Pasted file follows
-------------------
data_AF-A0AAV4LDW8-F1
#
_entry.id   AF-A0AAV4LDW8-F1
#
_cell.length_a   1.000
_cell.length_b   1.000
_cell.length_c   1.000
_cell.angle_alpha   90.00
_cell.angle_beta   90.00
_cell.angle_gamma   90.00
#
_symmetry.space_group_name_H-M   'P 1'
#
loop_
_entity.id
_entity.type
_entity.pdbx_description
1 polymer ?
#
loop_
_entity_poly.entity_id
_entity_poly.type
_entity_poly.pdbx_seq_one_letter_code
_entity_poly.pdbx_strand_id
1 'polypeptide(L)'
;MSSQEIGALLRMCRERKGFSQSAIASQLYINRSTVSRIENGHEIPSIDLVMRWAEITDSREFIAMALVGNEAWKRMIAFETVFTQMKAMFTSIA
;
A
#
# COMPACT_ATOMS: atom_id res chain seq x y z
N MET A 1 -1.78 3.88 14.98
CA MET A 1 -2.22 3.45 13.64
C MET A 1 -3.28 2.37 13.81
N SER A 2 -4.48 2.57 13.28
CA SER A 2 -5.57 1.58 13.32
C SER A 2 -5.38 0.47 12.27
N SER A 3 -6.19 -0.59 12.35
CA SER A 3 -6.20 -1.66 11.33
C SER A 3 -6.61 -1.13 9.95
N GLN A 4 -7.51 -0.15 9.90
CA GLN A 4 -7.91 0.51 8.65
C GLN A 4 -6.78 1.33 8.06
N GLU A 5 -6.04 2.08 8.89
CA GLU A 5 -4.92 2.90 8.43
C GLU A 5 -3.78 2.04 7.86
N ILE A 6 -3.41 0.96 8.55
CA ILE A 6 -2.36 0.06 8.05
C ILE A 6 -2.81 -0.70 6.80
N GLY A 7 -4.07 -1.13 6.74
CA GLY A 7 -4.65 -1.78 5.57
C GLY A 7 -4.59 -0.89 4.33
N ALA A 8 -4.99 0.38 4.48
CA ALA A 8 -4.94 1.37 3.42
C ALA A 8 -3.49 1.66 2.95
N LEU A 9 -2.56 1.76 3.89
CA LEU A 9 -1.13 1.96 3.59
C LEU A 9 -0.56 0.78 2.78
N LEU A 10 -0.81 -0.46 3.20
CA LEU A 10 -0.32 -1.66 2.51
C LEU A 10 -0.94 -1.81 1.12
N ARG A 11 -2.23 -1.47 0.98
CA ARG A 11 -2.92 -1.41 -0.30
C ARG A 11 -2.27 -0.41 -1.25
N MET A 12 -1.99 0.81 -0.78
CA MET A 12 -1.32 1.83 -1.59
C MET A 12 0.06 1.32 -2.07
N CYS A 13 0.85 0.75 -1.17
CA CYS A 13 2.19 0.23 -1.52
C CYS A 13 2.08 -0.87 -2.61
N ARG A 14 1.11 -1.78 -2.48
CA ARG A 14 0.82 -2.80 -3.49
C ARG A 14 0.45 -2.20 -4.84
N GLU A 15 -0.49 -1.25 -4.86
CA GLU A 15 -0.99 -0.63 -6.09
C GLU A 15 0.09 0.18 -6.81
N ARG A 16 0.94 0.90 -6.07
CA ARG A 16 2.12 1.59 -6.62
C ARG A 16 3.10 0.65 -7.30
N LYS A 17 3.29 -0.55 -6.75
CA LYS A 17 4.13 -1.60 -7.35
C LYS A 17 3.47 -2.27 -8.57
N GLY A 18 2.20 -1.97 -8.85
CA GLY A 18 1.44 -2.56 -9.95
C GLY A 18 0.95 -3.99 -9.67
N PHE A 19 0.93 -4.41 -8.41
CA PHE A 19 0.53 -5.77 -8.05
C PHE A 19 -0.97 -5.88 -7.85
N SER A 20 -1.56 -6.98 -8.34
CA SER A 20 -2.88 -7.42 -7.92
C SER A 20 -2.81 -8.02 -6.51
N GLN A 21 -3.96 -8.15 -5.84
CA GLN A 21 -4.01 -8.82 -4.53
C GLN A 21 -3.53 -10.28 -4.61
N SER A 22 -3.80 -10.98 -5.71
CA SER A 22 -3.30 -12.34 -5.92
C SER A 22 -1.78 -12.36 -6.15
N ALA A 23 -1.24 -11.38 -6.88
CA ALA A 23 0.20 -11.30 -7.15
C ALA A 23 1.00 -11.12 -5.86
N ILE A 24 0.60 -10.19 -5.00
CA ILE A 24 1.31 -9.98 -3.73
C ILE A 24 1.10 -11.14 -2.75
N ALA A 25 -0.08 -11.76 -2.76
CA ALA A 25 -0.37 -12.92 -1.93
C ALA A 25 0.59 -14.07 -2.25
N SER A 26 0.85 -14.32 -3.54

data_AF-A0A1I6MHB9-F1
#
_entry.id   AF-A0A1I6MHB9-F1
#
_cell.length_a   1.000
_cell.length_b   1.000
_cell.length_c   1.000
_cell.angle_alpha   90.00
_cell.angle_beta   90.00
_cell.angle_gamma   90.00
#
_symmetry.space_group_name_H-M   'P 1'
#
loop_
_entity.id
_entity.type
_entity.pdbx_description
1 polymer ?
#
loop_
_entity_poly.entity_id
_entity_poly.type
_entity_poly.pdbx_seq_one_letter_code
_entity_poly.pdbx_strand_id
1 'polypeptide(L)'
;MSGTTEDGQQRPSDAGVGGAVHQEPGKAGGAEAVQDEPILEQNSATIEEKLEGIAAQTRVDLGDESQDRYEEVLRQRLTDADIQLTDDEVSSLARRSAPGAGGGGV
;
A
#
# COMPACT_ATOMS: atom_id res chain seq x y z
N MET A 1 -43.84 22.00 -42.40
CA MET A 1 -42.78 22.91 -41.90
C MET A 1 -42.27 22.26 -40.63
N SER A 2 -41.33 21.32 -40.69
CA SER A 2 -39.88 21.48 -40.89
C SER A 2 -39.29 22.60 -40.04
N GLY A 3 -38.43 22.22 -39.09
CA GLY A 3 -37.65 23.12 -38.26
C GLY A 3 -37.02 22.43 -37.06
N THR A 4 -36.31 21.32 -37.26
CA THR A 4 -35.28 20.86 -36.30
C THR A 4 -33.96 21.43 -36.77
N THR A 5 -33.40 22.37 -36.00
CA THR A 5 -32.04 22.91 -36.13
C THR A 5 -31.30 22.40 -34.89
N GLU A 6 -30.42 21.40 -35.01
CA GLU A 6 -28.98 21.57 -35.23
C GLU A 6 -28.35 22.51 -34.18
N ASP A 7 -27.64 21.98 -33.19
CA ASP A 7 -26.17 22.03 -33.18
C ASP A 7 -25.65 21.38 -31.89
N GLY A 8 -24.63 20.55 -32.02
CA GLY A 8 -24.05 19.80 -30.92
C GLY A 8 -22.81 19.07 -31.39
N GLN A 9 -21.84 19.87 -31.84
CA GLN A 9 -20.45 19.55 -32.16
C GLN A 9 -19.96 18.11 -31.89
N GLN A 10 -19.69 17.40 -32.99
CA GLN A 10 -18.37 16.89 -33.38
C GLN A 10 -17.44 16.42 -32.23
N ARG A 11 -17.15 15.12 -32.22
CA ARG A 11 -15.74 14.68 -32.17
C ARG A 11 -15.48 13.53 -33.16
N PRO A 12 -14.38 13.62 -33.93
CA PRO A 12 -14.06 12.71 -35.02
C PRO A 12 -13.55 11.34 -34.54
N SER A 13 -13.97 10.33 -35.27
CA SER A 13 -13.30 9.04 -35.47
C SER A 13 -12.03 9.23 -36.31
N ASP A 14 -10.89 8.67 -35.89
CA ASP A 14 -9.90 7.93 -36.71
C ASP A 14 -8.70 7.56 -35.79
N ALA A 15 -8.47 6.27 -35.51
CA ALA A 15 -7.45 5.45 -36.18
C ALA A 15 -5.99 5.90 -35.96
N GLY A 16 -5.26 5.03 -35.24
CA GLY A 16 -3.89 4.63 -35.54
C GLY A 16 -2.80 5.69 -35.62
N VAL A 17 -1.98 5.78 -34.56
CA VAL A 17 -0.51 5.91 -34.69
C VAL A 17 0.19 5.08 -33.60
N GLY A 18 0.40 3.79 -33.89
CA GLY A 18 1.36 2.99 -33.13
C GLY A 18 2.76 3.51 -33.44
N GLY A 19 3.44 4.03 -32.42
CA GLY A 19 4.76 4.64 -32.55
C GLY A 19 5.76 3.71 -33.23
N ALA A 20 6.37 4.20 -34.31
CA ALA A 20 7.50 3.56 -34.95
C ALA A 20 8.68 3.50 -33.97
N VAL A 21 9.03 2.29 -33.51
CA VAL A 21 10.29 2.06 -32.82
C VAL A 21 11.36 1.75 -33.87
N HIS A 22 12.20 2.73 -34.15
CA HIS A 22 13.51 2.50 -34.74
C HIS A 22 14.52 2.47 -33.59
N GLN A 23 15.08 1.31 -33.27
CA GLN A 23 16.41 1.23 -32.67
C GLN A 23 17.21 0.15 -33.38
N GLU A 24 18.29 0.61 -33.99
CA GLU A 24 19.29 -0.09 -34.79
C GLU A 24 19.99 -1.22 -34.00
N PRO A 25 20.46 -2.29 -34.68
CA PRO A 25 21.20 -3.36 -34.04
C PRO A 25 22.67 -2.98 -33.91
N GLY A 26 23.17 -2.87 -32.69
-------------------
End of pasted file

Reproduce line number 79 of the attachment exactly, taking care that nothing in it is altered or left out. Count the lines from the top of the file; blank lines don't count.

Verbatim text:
N LYS A 17 3.29 -0.55 -6.75